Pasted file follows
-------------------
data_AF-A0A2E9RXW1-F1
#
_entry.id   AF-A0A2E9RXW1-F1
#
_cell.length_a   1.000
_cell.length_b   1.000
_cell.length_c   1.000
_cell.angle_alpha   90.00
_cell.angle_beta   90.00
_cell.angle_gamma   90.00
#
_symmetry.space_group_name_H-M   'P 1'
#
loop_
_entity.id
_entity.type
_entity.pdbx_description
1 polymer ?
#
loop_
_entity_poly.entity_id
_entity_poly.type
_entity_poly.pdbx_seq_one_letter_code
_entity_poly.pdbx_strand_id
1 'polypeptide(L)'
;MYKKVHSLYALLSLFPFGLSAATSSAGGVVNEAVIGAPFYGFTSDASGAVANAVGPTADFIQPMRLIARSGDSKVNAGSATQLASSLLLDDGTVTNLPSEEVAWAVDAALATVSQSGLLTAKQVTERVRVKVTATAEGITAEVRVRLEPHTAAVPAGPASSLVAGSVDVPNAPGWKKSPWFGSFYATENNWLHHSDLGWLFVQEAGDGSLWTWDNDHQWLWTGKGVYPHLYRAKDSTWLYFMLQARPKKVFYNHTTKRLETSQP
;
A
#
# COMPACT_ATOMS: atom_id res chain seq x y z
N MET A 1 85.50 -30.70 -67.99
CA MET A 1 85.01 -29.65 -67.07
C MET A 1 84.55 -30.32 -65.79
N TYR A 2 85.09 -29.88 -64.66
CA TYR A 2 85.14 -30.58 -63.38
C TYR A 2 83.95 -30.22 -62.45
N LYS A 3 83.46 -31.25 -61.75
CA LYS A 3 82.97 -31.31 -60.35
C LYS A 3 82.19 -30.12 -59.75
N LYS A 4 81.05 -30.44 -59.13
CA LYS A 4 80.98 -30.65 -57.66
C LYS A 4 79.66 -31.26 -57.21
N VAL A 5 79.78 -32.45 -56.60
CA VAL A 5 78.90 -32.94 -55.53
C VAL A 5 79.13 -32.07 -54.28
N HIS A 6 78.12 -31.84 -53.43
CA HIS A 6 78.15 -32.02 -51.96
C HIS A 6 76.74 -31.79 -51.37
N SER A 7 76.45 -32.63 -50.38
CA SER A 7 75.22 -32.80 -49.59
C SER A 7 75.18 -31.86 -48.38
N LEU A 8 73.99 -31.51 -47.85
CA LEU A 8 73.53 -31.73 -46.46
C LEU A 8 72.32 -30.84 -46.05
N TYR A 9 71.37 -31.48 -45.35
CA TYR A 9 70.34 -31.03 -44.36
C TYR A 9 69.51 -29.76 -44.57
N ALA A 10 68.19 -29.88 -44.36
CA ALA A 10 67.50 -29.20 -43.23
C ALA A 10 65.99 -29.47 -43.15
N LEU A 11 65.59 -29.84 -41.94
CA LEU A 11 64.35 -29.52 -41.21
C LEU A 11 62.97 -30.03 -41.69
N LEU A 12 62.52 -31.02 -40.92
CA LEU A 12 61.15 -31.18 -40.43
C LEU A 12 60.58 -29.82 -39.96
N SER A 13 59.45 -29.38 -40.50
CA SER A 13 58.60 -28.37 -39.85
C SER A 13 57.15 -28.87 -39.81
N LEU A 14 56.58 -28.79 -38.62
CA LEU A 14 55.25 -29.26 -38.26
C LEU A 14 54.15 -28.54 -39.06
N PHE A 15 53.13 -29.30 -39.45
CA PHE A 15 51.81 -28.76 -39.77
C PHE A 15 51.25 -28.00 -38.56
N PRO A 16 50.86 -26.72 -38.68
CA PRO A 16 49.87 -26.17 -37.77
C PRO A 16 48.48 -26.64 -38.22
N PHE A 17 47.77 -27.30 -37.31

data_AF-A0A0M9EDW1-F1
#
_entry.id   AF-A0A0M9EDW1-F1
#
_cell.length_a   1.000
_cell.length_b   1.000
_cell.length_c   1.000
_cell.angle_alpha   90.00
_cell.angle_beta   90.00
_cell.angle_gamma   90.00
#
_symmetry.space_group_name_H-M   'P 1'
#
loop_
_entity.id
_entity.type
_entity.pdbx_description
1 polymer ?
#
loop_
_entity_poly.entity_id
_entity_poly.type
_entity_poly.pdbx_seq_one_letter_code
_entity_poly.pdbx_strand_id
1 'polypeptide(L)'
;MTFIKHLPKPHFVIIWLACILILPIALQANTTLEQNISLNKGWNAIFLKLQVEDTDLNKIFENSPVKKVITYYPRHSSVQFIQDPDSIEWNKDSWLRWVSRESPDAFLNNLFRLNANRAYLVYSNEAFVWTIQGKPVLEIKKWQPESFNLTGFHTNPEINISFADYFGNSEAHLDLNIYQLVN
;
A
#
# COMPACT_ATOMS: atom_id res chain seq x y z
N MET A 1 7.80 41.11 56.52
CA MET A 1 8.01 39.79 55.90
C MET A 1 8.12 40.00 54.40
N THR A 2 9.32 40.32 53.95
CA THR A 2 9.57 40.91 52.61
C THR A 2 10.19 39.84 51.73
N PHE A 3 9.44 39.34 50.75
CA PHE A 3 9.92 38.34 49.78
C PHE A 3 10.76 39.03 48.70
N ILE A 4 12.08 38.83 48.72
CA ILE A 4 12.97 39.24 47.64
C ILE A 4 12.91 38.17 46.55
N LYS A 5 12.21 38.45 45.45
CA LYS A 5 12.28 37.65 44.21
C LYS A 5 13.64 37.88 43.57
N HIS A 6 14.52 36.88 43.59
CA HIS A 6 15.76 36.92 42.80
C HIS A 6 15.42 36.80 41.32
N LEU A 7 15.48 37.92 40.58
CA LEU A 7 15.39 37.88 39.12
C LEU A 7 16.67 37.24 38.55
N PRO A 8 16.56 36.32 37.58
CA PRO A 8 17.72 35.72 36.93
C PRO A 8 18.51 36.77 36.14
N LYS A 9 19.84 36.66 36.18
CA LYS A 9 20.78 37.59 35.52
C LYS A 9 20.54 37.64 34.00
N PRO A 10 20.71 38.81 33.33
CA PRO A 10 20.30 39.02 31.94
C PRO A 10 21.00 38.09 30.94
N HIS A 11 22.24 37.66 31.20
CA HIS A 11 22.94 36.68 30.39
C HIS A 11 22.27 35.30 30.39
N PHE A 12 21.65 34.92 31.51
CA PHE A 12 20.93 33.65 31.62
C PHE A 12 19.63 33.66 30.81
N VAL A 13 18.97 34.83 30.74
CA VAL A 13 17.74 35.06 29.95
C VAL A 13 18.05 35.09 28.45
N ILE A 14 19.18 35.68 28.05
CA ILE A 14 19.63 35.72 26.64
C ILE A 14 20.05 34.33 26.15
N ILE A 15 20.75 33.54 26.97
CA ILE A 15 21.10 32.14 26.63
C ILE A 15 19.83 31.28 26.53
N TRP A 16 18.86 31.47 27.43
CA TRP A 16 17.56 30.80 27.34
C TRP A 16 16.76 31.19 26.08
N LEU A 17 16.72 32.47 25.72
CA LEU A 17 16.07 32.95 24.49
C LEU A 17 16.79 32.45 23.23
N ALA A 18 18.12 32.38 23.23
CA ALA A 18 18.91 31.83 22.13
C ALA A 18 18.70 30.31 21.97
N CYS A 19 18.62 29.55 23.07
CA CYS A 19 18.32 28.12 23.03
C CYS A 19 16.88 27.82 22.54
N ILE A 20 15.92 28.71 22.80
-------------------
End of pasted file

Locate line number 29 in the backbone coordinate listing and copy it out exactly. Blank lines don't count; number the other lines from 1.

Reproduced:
#